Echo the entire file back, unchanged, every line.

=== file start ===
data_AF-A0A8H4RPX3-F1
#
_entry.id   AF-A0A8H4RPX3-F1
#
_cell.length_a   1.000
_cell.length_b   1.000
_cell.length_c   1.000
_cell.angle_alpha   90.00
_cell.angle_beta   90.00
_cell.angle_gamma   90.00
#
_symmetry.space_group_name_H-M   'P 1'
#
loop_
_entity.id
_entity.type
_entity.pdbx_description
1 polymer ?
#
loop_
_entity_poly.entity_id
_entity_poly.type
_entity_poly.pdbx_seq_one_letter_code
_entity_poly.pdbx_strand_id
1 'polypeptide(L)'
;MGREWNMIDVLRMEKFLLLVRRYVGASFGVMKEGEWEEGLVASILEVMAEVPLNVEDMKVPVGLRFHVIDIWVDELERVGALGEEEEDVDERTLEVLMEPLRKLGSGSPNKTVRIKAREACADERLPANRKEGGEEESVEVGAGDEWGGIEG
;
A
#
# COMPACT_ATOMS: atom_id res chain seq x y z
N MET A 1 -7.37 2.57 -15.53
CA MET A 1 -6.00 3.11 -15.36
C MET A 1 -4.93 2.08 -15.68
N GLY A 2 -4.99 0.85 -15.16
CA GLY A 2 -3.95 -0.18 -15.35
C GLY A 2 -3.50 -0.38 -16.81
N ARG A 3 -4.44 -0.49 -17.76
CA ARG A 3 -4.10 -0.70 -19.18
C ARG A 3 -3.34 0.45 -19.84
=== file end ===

data_AF-A0A8H4RPX3-F1
#
_entry.id   AF-A0A8H4RPX3-F1
#
_cell.length_a   1.000
_cell.length_b   1.000
_cell.length_c   1.000
_cell.angle_alpha   90.00
_cell.angle_beta   90.00
_cell.angle_gamma   90.00
#
_symmetry.space_group_name_H-M   'P 1'
#
loop_
_entity.id
_entity.type
_entity.pdbx_description
1 polymer ?
#
loop_
_entity_poly.entity_id
_entity_poly.type
_entity_poly.pdbx_seq_one_letter_code
_entity_poly.pdbx_strand_id
1 'polypeptide(L)'
;MGREWNMIDVLRMEKFLLLVRRYVGASFGVMKEGEWEEGLVASILEVMAEVPLNVEDMKVPVGLRFHVIDIWVDELERVGALGEEEEDVDERTLEVLMEPLRKLGSGSPNKTVRIKAREACADERLPANRKEGGEEESVEVGAGDEWGGIEG
;
A
#
# COMPACT_ATOMS: atom_id res chain seq x y z
N MET A 1 -7.37 2.57 -15.53
CA MET A 1 -6.00 3.11 -15.36
C MET A 1 -4.93 2.08 -15.68
N GLY A 2 -4.99 0.85 -15.16
CA GLY A 2 -3.95 -0.18 -15.35
C GLY A 2 -3.50 -0.38 -16.81
N ARG A 3 -4.44 -0.49 -17.76
CA ARG A 3 -4.10 -0.70 -19.18
C ARG A 3 -3.34 0.45 -19.84